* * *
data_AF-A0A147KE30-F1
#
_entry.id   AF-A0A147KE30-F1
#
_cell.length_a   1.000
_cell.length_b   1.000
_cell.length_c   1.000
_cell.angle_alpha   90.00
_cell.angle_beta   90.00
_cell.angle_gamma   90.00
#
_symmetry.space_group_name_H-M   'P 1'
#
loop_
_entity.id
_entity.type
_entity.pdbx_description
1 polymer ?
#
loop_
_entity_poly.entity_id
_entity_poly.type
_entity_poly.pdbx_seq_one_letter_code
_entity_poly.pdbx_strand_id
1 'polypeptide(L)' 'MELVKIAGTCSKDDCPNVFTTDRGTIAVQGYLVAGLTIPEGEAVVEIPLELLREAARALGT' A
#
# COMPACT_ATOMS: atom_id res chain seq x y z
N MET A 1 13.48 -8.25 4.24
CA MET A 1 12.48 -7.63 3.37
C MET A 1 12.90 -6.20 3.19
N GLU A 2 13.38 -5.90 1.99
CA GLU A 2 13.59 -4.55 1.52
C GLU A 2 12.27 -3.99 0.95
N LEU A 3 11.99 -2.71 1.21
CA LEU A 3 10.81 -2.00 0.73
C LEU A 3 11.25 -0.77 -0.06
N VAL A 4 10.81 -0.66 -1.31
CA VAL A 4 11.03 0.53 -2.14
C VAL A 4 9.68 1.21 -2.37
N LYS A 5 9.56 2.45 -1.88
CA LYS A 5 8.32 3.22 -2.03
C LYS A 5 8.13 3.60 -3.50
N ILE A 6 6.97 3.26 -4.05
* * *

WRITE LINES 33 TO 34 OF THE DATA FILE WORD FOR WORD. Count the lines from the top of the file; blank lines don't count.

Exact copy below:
C GLU A 2 12.27 -3.99 0.95
N LEU A 3 11.99 -2.71 1.21